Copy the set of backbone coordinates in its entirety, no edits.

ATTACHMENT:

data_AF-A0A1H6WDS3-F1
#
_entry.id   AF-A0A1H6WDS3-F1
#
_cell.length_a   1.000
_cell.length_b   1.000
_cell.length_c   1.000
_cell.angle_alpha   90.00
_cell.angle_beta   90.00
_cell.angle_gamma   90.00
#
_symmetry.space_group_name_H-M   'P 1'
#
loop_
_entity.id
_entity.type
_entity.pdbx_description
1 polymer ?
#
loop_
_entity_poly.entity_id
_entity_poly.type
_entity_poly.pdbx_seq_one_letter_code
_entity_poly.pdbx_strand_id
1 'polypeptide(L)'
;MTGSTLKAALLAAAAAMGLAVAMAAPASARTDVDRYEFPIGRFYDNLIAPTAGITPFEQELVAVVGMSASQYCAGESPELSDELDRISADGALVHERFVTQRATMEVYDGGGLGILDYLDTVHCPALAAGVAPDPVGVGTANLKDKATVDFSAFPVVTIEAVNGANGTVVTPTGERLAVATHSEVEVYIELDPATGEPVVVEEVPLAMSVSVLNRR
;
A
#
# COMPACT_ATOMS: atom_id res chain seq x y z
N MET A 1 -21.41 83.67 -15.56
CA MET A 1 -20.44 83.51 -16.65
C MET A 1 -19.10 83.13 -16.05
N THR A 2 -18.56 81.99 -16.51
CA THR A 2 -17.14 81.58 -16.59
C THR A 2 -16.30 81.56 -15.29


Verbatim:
data_AF-A0A1H6WDS3-F1
#
_entry.id   AF-A0A1H6WDS3-F1
#
_cell.length_a   1.000
_cell.length_b   1.000
_cell.length_c   1.000
_cell.angle_alpha   90.00
_cell.angle_beta   90.00
_cell.angle_gamma   90.00
#
_symmetry.space_group_name_H-M   'P 1'
#
loop_
_entity.id
_entity.type
_entity.pdbx_description
1 polymer ?
#
loop_
_entity_poly.entity_id
_entity_poly.type
_entity_poly.pdbx_seq_one_letter_code
_entity_poly.pdbx_strand_id
1 'polypeptide(L)'
;MTGSTLKAALLAAAAAMGLAVAMAAPASARTDVDRYEFPIGRFYDNLIAPTAGITPFEQELVAVVGMSASQYCAGESPELSDELDRISADGALVHERFVTQRATMEVYDGGGLGILDYLDTVHCPALAAGVAPDPVGVGTANLKDKATVDFSAFPVVTIEAVNGANGTVVTPTGERLAVATHSEVEVYIELDPATGEPVVVEEVPLAMSVSVLNRR
;
A
#
# COMPACT_ATOMS: atom_id res chain seq x y z
N MET A 1 -21.41 83.67 -15.56
CA MET A 1 -20.44 83.51 -16.65
C MET A 1 -19.10 83.13 -16.05
N THR A 2 -18.56 81.99 -16.51
CA THR A 2 -17.14 81.58 -16.59
C THR A 2 -16.30 81.56 -15.29